In a surprising discovery, scientists have found that an ancient marine bacteria changes from a lonely free-floating lifestyle to a sedentary communal life style, when it senses an environment rich on red light.
The bacteria, called Acaryochloris marina, has a special type of pigment – chlorophyll d – that permits these organisms to absorb light just beyond the red end of the visible spectrum, an area that plants can’t use.
Chlorophyll is the molecule responsible for capturing sunlight, so it can be transformed into food, through the process of photosynthesis.
The team of scientists have been researching what triggers the production of different types of chlorophyll in different organisms.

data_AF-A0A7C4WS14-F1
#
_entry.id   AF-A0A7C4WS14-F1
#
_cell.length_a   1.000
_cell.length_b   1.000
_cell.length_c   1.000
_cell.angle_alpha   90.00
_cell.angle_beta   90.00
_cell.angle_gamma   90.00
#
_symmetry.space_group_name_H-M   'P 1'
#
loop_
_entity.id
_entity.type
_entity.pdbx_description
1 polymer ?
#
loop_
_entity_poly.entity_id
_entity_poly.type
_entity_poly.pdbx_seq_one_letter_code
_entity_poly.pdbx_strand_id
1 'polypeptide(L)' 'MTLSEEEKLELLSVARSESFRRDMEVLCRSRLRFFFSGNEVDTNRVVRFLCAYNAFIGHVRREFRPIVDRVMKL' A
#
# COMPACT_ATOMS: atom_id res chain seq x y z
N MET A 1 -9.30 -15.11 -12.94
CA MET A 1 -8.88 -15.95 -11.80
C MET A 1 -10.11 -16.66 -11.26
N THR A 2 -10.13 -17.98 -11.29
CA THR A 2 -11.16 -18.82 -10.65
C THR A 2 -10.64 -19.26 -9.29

“The goal of our experiment was to investigate if the synthesis of different types of chlorophyll depended on the availability of different types of light. To our surprise, we found that this not the case in A. marina, and that red light doesn’t affect which pigment they use, but instead triggers the expression of genes that are related to the formation of bacterial communities called biofilms,” said Dr Miguel Hernandez, a researcher at the ARC Centre of Excellence for Translational Photosynthesis, at the University of Sydney.
This study was published recently in the journal Environmental Microbiology. This work is a collaboration between Washington State University and the Australian Research Council (ARC) Centre of Excellence for Translational Photosynthesis at the University of Sydney.
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